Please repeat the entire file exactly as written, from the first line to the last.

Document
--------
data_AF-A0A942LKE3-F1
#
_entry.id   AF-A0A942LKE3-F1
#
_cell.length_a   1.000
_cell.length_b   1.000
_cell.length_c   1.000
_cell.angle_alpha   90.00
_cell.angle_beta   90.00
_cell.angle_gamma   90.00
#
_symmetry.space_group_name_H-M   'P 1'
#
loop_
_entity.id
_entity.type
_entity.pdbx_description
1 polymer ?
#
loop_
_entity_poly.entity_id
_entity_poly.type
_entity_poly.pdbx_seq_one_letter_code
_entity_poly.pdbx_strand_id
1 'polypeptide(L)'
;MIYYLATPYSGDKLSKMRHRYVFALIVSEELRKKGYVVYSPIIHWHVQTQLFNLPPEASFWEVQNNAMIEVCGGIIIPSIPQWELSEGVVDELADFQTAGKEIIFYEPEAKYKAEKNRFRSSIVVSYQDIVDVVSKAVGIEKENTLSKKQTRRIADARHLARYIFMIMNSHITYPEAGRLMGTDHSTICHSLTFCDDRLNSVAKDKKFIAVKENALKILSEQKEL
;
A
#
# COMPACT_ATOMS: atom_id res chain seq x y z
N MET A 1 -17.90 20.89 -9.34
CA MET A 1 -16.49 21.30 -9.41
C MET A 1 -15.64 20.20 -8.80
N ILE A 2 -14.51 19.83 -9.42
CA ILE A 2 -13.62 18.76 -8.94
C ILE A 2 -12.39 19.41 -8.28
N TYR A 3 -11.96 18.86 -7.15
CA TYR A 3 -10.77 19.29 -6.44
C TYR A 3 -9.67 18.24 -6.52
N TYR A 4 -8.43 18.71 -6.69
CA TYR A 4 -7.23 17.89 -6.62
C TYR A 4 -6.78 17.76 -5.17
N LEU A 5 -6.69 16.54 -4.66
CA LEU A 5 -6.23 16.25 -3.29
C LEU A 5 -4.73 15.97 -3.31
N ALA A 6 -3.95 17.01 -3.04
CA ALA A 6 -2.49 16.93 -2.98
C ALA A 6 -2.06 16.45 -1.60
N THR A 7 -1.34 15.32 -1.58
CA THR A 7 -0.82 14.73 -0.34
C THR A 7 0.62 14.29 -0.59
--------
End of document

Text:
data_AF-A0A942LKE3-F1
#
_entry.id   AF-A0A942LKE3-F1
#
_cell.length_a   1.000
_cell.length_b   1.000
_cell.length_c   1.000
_cell.angle_alpha   90.00
_cell.angle_beta   90.00
_cell.angle_gamma   90.00
#
_symmetry.space_group_name_H-M   'P 1'
#
loop_
_entity.id
_entity.type
_entity.pdbx_description
1 polymer ?
#
loop_
_entity_poly.entity_id
_entity_poly.type
_entity_poly.pdbx_seq_one_letter_code
_entity_poly.pdbx_strand_id
1 'polypeptide(L)'
;MIYYLATPYSGDKLSKMRHRYVFALIVSEELRKKGYVVYSPIIHWHVQTQLFNLPPEASFWEVQNNAMIEVCGGIIIPSIPQWELSEGVVDELADFQTAGKEIIFYEPEAKYKAEKNRFRSSIVVSYQDIVDVVSKAVGIEKENTLSKKQTRRIADARHLARYIFMIMNSHITYPEAGRLMGTDHSTICHSLTFCDDRLNSVAKDKKFIAVKENALKILSEQKEL
;
A
#
# COMPACT_ATOMS: atom_id res chain seq x y z
N MET A 1 -17.90 20.89 -9.34
CA MET A 1 -16.49 21.30 -9.41
C MET A 1 -15.64 20.20 -8.80
N ILE A 2 -14.51 19.83 -9.42
CA ILE A 2 -13.62 18.76 -8.94
C ILE A 2 -12.39 19.41 -8.28
N TYR A 3 -11.96 18.86 -7.15
CA TYR A 3 -10.77 19.29 -6.44
C TYR A 3 -9.67 18.24 -6.52
N TYR A 4 -8.43 18.71 -6.69
CA TYR A 4 -7.23 17.89 -6.62
C TYR A 4 -6.78 17.76 -5.17
N LEU A 5 -6.69 16.54 -4.66
CA LEU A 5 -6.23 16.25 -3.29
C LEU A 5 -4.73 15.97 -3.31
N ALA A 6 -3.95 17.01 -3.04
CA ALA A 6 -2.49 16.93 -2.98
C ALA A 6 -2.06 16.45 -1.60
N THR A 7 -1.34 15.32 -1.58
CA THR A 7 -0.82 14.73 -0.34
C THR A 7 0.62 14.29 -0.59